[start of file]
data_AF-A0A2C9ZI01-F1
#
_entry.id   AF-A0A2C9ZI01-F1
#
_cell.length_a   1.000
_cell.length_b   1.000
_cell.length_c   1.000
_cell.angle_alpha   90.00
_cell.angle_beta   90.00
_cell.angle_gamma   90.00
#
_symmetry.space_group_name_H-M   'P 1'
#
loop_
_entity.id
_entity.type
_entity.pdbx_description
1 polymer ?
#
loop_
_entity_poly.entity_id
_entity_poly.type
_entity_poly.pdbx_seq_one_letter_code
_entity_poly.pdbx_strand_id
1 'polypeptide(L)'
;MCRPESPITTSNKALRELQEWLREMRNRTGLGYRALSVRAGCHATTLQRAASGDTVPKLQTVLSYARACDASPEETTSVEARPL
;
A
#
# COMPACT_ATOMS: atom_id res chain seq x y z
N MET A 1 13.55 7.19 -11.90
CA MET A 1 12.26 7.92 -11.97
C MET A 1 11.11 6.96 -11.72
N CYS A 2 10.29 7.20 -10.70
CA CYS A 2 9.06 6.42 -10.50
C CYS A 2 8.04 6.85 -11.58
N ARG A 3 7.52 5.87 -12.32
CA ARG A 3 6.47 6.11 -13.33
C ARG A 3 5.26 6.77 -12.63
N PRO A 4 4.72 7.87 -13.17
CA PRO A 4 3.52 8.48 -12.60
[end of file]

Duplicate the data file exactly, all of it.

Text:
data_AF-A0A2C9ZI01-F1
#
_entry.id   AF-A0A2C9ZI01-F1
#
_cell.length_a   1.000
_cell.length_b   1.000
_cell.length_c   1.000
_cell.angle_alpha   90.00
_cell.angle_beta   90.00
_cell.angle_gamma   90.00
#
_symmetry.space_group_name_H-M   'P 1'
#
loop_
_entity.id
_entity.type
_entity.pdbx_description
1 polymer ?
#
loop_
_entity_poly.entity_id
_entity_poly.type
_entity_poly.pdbx_seq_one_letter_code
_entity_poly.pdbx_strand_id
1 'polypeptide(L)'
;MCRPESPITTSNKALRELQEWLREMRNRTGLGYRALSVRAGCHATTLQRAASGDTVPKLQTVLSYARACDASPEETTSVEARPL
;
A
#
# COMPACT_ATOMS: atom_id res chain seq x y z
N MET A 1 13.55 7.19 -11.90
CA MET A 1 12.26 7.92 -11.97
C MET A 1 11.11 6.96 -11.72
N CYS A 2 10.29 7.20 -10.70
CA CYS A 2 9.06 6.42 -10.50
C CYS A 2 8.04 6.85 -11.58
N ARG A 3 7.52 5.87 -12.32
CA ARG A 3 6.47 6.11 -13.33
C ARG A 3 5.26 6.77 -12.63
N PRO A 4 4.72 7.87 -13.17
CA PRO A 4 3.52 8.48 -12.60